Risk & Economy » Regulation » Charities face threat from new Public Benefit Entities rules

Charities face threat from new Public Benefit Entities rules

New accounting rules puts housing associations at risk of breaching banking covenants

The law of unintended consequences being what it is, plans to bring accounting rules for unlisted companies into line with International Financial Reporting Standards (IFRS) could make it harder for housing associations and charities to fund their work. Under loan agreements, many Public Benefit Entities (PBEs) must revise the value of their assets, such as property and equipment, to reflect market value rather than original cost.

The proposals from the Accounting Standards Board (ASB), which would prevent PBEs from revaluing assets, could put charities and universities in breach of their loan covenants and make some appear technically insolvent, while housing associations may find it harder to finance the building of homes, according to accountancy firm PwC.

Although some agreements contain clauses to accommodate changes in accounting rules, PBEs could face tough talks with lenders if they are not prepared for the changes, due to be implemented in 2013. Though the changes were driven by the noble objective of simplifying the accounting system, the overall effect would be a step backwards for most PBEs.

Robert Humphreys, Oxfam’s finance director, tells Financial Director that any charity involved in service delivery is likely to be affected by the proposed changes. He is concerned that this will hit charities at the same time as proposed changes to the rules on the accounting of leased assets, whereby future liabilities would have to be recognised.

Oxfam operates 700 high street shops, many of them with operating leases of five, 10 or 15 years. The proposed changes would force charities to estimate the fair value of the right to use each of these leases on the balance sheet, along with an estimate of the liability for all future lease payments. “This could hit charities’ reserves as well as being a huge administrative load in preparing the calculations,” says Humphreys.

Charles Scott, group finance director of Age UK, says the proposed ban on the revaluation of assets would be compounded by the fact that charities often have significant off-balance sheet value that is not reflected in their accounts. “We have committed income streams in the form of direct debit donations, 8,000 volunteers who provide labour for free and significant brand value – none of which is on the balance sheet,” says Scott. “Charities will need to work hard to convince banks that their covenants are stronger than the rules might suggest.”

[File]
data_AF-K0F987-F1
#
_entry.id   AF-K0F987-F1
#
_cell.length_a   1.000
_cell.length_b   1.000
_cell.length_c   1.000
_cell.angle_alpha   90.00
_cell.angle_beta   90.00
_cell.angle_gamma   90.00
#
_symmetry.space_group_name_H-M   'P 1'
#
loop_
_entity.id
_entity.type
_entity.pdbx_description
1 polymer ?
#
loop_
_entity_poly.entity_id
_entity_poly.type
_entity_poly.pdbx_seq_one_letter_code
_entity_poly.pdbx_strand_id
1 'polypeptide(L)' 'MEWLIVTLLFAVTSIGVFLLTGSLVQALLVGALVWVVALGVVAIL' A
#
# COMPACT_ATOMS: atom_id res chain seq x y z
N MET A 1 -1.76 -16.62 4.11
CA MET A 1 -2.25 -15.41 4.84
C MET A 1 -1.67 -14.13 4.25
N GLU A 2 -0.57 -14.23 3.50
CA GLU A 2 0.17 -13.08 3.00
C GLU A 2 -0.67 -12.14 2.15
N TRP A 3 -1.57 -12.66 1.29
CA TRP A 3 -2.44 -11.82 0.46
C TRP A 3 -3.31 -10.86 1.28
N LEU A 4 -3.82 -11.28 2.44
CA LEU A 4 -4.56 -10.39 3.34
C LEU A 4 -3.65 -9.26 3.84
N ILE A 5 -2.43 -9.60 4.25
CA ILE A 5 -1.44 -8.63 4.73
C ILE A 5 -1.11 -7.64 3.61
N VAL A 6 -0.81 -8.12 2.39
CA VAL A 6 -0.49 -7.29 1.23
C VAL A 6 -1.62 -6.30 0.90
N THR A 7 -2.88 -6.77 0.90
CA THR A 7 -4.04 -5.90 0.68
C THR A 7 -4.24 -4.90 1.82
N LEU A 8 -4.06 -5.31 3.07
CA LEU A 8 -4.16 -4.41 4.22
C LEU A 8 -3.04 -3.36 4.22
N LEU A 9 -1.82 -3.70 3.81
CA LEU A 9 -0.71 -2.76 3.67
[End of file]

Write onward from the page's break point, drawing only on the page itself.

Housing worries

It is also feared that plans to prevent PBEs from capitalising interest on assets would affect the housing sector, warns Joseph Carr, finance policy leader at the National Housing Federation. Since 2005, the social housing sector in England alone has accrued £1.1bn to its balance sheet through capitalising interest.

Carr claims the changes will make it harder for housing associations to issue bonds and use their balance sheets to secure loans. “Balance sheet strength is important,” he says. “Housing associations have healthy reserves, but those reserves are not cash-backed. If you reduce them, it would weaken lenders’ confidence in the sector. Housing associations could struggle to obtain funding or the banks could ask for higher premiums”.

Jack Stephens, finance director of Thames Valley Housing, adds that banks are likely to use the opportunity to charge fees if covenants have to be renegotiated. In addition, housing associations that use bonds to raise capital will have to use the IFRS’s more onerous Tier 1 accounting rules, which permit assets to be revalued but require more preparation time.

“I think the ASB has underestimated the impact these changes would have,” says Stephens. “The UK’s accounting rules are inconsistent and could be improved, but I think it needs to be pragmatic.”


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